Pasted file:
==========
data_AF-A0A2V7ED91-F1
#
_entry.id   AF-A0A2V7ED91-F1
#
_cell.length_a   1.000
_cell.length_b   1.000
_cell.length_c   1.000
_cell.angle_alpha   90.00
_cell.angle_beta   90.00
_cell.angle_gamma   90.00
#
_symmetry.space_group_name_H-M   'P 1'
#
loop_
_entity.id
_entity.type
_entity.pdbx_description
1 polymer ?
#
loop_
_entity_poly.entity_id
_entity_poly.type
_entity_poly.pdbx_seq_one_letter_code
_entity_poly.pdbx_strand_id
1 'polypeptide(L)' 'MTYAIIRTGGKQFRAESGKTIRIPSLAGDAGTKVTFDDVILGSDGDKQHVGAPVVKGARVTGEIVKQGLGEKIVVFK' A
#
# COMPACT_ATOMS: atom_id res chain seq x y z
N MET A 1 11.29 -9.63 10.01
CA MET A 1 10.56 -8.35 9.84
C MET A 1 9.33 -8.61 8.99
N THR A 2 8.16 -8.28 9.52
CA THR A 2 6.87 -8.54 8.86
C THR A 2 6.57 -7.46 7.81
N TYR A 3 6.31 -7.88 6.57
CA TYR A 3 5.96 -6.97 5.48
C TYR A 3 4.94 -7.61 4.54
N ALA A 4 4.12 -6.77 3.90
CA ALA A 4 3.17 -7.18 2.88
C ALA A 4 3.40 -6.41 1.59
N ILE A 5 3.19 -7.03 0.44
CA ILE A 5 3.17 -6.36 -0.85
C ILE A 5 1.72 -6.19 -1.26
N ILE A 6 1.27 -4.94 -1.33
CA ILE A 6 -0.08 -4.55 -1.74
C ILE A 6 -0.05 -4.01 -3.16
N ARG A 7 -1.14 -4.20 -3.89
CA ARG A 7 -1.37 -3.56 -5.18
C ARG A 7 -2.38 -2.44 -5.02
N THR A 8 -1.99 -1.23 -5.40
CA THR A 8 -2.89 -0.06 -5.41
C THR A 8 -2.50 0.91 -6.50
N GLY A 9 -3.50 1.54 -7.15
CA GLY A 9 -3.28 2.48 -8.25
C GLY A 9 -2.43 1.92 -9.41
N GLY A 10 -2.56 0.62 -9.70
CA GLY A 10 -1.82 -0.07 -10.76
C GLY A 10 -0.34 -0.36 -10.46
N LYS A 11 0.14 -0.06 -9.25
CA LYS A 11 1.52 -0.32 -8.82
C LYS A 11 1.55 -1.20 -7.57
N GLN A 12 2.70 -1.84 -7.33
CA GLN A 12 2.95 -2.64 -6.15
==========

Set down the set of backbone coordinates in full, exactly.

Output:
data_AF-A0A2V7ED91-F1
#
_entry.id   AF-A0A2V7ED91-F1
#
_cell.length_a   1.000
_cell.length_b   1.000
_cell.length_c   1.000
_cell.angle_alpha   90.00
_cell.angle_beta   90.00
_cell.angle_gamma   90.00
#
_symmetry.space_group_name_H-M   'P 1'
#
loop_
_entity.id
_entity.type
_entity.pdbx_description
1 polymer ?
#
loop_
_entity_poly.entity_id
_entity_poly.type
_entity_poly.pdbx_seq_one_letter_code
_entity_poly.pdbx_strand_id
1 'polypeptide(L)' 'MTYAIIRTGGKQFRAESGKTIRIPSLAGDAGTKVTFDDVILGSDGDKQHVGAPVVKGARVTGEIVKQGLGEKIVVFK' A
#
# COMPACT_ATOMS: atom_id res chain seq x y z
N MET A 1 11.29 -9.63 10.01
CA MET A 1 10.56 -8.35 9.84
C MET A 1 9.33 -8.61 8.99
N THR A 2 8.16 -8.28 9.52
CA THR A 2 6.87 -8.54 8.86
C THR A 2 6.57 -7.46 7.81
N TYR A 3 6.31 -7.88 6.57
CA TYR A 3 5.96 -6.97 5.48
C TYR A 3 4.94 -7.61 4.54
N ALA A 4 4.12 -6.77 3.90
CA ALA A 4 3.17 -7.18 2.88
C ALA A 4 3.40 -6.41 1.59
N ILE A 5 3.19 -7.03 0.44
CA ILE A 5 3.17 -6.36 -0.85
C ILE A 5 1.72 -6.19 -1.26
N ILE A 6 1.27 -4.94 -1.33
CA ILE A 6 -0.08 -4.55 -1.74
C ILE A 6 -0.05 -4.01 -3.16
N ARG A 7 -1.14 -4.20 -3.89
CA ARG A 7 -1.37 -3.56 -5.18
C ARG A 7 -2.38 -2.44 -5.02
N THR A 8 -1.99 -1.23 -5.40
CA THR A 8 -2.89 -0.06 -5.41
C THR A 8 -2.50 0.91 -6.50
N GLY A 9 -3.50 1.54 -7.15
CA GLY A 9 -3.28 2.48 -8.25
C GLY A 9 -2.43 1.92 -9.41
N GLY A 10 -2.56 0.62 -9.70
CA GLY A 10 -1.82 -0.07 -10.76
C GLY A 10 -0.34 -0.36 -10.46
N LYS A 11 0.14 -0.06 -9.25
CA LYS A 11 1.52 -0.32 -8.82
C LYS A 11 1.55 -1.20 -7.57
N GLN A 12 2.70 -1.84 -7.33
CA GLN A 12 2.95 -2.64 -6.15